Volume 5 Issue 9 - September 26, 2008
On the design and performance analysis of wavelength/time matrix coding for optical CDMA network access
Jen Fa Huang1*, Chao Chin Yang2

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Code division multiple access (CDMA) techniques were investigated for optical network applications during the last 20 to 25 years. These techniques have advantages that many users are allowed to access the common channel asynchronously and securely, and high statistical multiplexing gain can be offered even in bursty traffic since dedicated time or wavelength slots do not have to be allocated. These characteristics distinguish CDMA from other multiplexing schemes such as time- division multiple-access (TDMA) and wavelength-division multiple-access (WDMA). Among the various optical CDMA schemes, the most famous one is the incoherent time-spreading optical CDMA scheme and the corresponding implementation is relatively simple. In this kind of optical CDMA scheme, since each transmitted information bit is replaced by N codeword chips, the reduction of bit rate may be serious when the code length is long. Due to the use of unipolar optical signals, the original one-dimensional (1-D) optical orthogonal codes are always very long to reduce multiple access interference (MAI) and increase the code cardinality. Though two-dimensional (2-D) codes that combine time-spreading and wavelength-hopping techniques could partially alleviate these problems, codes with shorter lengths than that of previous codes should be developed to avoid reductions of bit rate, which is a crucial factor in the high-speed transmission.

Though the 2-D codes with short lengths were constructed in Mendez’s paper by folding the unipolar sequences from the Golomb rulers with zero padding, these codes failed to achieve ideal correlation properties. Therefore, we proposed one 2-D code family named folded optical orthogonal codes (FOOCs) to alleviate the code length problem mentioned above. These FOOCs can be easily constructed by folding the existing 1-D OOCs with suitable correlation property. Thus code construction can be achieved without additional efforts for codeword searching, and the constructed codewords have ideal correlation properties and optimal cardinalities. For example, two OOCs with length 16 are listed as follows:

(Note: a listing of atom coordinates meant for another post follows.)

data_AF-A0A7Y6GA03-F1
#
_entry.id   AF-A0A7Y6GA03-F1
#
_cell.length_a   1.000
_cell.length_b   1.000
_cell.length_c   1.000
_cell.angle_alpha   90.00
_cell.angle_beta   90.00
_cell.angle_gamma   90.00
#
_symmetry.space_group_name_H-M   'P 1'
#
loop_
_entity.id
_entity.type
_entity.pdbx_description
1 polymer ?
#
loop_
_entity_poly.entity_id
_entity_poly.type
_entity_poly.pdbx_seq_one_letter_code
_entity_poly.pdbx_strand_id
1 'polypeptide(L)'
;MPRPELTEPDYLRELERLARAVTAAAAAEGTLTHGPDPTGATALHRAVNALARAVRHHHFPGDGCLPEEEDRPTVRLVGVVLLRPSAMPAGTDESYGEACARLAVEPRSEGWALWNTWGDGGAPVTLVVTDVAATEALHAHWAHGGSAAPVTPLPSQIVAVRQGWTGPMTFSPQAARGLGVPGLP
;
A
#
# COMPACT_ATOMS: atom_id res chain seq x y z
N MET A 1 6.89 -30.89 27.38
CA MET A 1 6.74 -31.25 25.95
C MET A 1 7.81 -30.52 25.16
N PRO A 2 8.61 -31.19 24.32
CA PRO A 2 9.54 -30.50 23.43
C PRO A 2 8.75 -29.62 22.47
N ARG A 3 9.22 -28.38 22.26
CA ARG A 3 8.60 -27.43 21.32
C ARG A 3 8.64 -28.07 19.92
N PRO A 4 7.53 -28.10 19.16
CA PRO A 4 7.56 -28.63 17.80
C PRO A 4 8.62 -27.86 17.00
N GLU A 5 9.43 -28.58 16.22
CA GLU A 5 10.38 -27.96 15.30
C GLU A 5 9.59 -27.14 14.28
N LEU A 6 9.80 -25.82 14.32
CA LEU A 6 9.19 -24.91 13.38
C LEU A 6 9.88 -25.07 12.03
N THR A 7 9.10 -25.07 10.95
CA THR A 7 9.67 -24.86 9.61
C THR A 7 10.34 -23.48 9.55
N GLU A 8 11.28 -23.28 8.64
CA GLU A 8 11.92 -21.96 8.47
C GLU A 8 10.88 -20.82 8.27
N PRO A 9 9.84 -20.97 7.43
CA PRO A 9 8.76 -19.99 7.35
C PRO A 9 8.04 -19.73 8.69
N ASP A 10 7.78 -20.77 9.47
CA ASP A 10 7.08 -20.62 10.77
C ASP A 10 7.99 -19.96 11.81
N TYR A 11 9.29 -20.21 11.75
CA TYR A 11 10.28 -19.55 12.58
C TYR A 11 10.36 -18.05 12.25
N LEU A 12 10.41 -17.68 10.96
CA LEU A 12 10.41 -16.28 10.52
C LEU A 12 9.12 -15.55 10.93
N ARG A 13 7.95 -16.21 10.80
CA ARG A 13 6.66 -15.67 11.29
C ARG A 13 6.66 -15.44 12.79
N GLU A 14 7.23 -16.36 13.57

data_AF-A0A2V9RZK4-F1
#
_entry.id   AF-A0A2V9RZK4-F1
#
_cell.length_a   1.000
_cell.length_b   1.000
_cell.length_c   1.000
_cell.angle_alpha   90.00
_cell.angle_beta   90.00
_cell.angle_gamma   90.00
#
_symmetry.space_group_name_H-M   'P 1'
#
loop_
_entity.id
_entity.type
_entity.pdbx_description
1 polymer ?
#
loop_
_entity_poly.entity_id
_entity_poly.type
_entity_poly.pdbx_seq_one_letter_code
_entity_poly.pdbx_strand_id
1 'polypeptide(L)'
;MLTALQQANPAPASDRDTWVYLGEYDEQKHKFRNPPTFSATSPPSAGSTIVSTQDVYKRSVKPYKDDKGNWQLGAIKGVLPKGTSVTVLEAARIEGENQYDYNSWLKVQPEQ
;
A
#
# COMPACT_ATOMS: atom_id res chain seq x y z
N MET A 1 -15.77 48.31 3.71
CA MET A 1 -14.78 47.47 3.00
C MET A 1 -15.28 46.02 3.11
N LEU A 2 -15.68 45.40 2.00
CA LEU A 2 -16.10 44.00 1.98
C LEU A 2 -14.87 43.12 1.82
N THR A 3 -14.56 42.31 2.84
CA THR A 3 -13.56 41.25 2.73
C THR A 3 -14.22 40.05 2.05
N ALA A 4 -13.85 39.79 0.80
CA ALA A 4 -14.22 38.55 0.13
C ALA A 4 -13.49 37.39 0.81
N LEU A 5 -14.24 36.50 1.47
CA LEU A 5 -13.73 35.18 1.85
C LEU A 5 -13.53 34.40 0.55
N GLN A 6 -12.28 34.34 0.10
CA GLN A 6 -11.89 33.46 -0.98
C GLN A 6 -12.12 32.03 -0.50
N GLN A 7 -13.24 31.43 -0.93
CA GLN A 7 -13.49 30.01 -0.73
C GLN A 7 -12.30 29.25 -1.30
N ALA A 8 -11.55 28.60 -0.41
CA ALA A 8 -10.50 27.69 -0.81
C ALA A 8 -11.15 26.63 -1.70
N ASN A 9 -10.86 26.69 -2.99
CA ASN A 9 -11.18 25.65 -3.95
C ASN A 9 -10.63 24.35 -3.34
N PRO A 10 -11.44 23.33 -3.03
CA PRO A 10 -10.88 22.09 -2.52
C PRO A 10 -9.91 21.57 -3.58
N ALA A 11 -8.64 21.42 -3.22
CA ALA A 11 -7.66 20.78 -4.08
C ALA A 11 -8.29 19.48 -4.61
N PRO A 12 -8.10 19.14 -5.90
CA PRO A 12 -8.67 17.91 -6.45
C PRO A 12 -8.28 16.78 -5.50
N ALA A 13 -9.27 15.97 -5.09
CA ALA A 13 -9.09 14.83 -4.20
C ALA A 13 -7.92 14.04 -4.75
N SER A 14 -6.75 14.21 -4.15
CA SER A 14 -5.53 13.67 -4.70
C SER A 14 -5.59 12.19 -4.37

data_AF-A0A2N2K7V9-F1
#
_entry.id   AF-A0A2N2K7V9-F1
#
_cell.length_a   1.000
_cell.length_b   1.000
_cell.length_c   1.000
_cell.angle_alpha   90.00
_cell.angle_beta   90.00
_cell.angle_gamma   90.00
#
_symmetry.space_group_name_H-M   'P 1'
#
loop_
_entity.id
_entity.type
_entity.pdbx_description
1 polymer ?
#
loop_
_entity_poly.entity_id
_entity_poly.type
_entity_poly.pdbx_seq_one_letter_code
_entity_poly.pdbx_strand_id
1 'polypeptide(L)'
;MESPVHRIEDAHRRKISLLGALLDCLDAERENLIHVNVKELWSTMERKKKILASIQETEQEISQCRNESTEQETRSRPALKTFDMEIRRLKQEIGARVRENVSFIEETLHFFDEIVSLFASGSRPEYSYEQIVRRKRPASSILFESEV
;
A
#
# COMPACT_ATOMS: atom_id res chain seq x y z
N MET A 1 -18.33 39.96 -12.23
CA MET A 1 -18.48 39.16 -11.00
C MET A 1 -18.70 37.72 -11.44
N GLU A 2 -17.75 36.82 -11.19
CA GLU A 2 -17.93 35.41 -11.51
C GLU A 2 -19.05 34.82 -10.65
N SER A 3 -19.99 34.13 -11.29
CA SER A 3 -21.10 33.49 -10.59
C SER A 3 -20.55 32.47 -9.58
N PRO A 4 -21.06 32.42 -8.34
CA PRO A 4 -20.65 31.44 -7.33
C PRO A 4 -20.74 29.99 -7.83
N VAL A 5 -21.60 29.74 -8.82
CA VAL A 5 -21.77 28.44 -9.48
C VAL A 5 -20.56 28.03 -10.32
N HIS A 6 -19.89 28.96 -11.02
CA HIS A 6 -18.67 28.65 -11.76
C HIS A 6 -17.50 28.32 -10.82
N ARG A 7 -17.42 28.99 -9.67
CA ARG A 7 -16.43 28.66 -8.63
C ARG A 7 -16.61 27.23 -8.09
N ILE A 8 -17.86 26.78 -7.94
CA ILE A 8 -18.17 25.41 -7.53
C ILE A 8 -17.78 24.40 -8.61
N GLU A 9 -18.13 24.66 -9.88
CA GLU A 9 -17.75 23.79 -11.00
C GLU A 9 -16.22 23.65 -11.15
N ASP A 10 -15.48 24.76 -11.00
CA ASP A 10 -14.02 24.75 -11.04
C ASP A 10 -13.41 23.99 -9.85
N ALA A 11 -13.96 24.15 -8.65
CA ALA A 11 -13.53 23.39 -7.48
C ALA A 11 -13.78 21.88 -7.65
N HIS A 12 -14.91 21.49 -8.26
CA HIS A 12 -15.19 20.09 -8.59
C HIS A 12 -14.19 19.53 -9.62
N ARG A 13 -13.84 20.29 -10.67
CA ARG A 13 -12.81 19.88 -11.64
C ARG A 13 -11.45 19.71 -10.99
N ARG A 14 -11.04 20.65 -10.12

C0 = [1 1 0 0 1 0 0 0 0 0 0 0 0 0 0 0]
C1 = [1 0 1 0 0 0 0 1 0 0 0 0 0 0 0 0],
respectively. By folding these two OOCs in a column-wise manner and shifting the resulting 2-D matrices, the following eight 4×4 2-D code matrices can be obtained:

By examining all cases for codeword shifting, it can be found that all cases for the auto-correlations and cross-correlations in one 1-D code family can be mapped one-to-one to that of the corresponding 2-D code family. Since each cyclic shifting version of C0 have no more than one “1” chips in collision with that of C1, it can be obtained immediately that the corresponding 2-D FOOC codewords have no more than one “1” chips in collision and the corresponding out-of-phase auto-correlation (or cross-correlation) is no more than one. Thus FOOC is said to have ideal correlation properties. Note that the cardinality of the FOOCs is optimal according to Johnson bound.

The encoder used to generate the 4×4 FOOCs A0,3 is shown in Fig. 1(a). This encoder uses one multiple wavelength laser (MWL) as a light source, one electrical-optical modulator(EOM) as a modulator, and two 1×4 thin film filter(TFF) for demultiplex/multiplex the wavelengths emitted by MWL. The number of delay lines (DL) connected to each output port of the TFF depends on the number of “1” chips at the corresponding row of the FOOC. The decoder complementing the encoder mentioned above is shown in Fig. 1(b) and the main part of the decoder is the same as that of the encoder in Fig. 1(a), except that the time delays of the DLs in the decoder should be “complement” to that of the corresponding encoder.
Fig. 2. BER v.s. Effective active user no.
Fig. 1. (a)The encoder and (b) decoder for FOOCs.

The results of bit error rate (BER) comparison are shown in Fig. 2. Here the code family MWOOC is chosen for comparison since this code family was also proposed for the reduction of code lengths. Since the code lengths of FOOCs are shorter than MWOOCs, it is fair to use the effective active user number RK instead of number of active users K for performance comparison, where R is the ratio of the code lengths of the MWOOCs to that of the FOCCs in discussion. For the same BERs, RK values of FOOCs are always larger than that of MWOOCs. Thus FOOCs obtain better spectral efficiencies than other 2-D codes.

Therefore, the proposed 2-D codes have the advantages of better spectral efficiency, ideal correlation properties, flexible code length and optimal cardinality.  In addition, they are suitable for the application of secure optical communications due to their irregular code patterns.
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